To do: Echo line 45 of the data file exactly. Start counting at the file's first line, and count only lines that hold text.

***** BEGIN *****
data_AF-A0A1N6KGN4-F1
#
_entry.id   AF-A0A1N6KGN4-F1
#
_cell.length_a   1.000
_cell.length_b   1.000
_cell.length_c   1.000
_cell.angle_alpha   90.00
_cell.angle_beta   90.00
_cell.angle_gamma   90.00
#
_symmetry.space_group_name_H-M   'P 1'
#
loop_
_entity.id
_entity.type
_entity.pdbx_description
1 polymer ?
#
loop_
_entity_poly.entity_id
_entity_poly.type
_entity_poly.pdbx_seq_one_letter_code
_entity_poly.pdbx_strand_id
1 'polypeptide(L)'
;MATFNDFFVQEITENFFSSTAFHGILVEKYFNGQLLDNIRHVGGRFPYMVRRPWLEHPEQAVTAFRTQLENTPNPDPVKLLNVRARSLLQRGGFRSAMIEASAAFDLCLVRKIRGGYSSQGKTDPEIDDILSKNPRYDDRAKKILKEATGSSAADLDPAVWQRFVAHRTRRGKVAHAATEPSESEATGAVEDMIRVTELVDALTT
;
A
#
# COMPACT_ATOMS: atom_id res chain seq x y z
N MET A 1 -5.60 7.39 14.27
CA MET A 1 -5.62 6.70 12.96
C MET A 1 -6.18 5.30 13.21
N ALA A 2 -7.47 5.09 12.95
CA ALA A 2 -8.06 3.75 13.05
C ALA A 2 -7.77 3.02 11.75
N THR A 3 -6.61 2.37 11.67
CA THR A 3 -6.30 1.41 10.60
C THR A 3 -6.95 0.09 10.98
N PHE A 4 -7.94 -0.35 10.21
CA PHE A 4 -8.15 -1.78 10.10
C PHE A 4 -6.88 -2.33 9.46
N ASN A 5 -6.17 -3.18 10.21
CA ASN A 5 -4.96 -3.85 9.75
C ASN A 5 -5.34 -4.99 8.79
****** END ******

C ASN A 5 -5.34 -4.99 8.79